Along with these more common vegetables, the spring markets in Italy also have bunches of what look like thick grass or chives. They are dark green with long, thin tapered leaves and are often wrapped in wet paper to keep the intact roots moist. The appearance of these in the markets is a cause for excitement in Italy. They are only around for a short time in spring and are considered a delicacy. So what are these mysterious grassy bundles?
They go by several names. In Italy they are most commonly known as agretti or barba di frate (frair’s beard). In English, saltwort. The proper Latin name is Salsola soda, a member of the Chenopodiaceae (Amaranth or Goosefoot) family, which includes spinach, beets, and chard.
Agretti grows well in salty water, which means that the Mediterranean coast is the perfect place for it to thrive. It also means that it has become a rather unwelcome and invasive species following its import to coastal California - perhaps because we Americans don’t eat it often enough! And although agretti leaves look like chives or spring onions, they are not related to onions at all and the flavor is completely different.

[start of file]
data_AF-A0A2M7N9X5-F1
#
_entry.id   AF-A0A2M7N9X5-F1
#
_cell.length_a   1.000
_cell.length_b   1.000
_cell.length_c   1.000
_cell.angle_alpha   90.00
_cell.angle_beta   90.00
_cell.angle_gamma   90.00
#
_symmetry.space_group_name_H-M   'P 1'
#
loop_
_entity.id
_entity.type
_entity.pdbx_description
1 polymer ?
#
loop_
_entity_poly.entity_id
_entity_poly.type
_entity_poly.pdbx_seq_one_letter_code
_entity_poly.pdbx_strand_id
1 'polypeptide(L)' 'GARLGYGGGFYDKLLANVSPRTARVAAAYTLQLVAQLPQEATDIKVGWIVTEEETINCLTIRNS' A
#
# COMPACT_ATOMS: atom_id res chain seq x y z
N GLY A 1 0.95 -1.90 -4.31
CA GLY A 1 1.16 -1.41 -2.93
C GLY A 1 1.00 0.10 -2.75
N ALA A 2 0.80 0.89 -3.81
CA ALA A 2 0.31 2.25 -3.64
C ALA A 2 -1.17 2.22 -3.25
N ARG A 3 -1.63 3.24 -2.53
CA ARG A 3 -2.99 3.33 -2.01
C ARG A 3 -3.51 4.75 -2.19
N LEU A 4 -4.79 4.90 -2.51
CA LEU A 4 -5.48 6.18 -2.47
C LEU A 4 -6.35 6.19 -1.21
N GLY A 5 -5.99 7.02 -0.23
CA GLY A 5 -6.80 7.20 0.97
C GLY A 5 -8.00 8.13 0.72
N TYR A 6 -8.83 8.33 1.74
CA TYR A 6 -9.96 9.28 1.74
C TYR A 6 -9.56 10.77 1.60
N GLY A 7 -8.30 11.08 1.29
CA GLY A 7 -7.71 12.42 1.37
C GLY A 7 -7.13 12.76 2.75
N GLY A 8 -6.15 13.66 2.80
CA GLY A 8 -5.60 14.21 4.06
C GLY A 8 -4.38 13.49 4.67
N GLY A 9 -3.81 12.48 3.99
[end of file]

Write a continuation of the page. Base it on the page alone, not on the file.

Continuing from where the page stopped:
As an interesting historical note, agretti were originally grown to be burned to ash. The result was soda ash, used in making soap and glass. Imagine how useful this was to the Venetians - why eat a product that could be used to make beautiful Venetian glass? Today, however, there are better ways to make glass and agretti is raised as a food crop.
Agretti can be eaten raw (it’s crunchy and tangy, with a slightly bitter mineral taste). Raw, it’s a good addition to salads. It’s also healthy - high in fiber, low in calories, and a good source of vitamins (A, B, and C) and minerals (sodium, potassium, calcium, magnesium, and iron).
More commonly, agretti is served cooked, either as a contorni (side vegetable) or incorporated into a frittata or a pasta dish . Can you say spaghetti con agretti five times fast?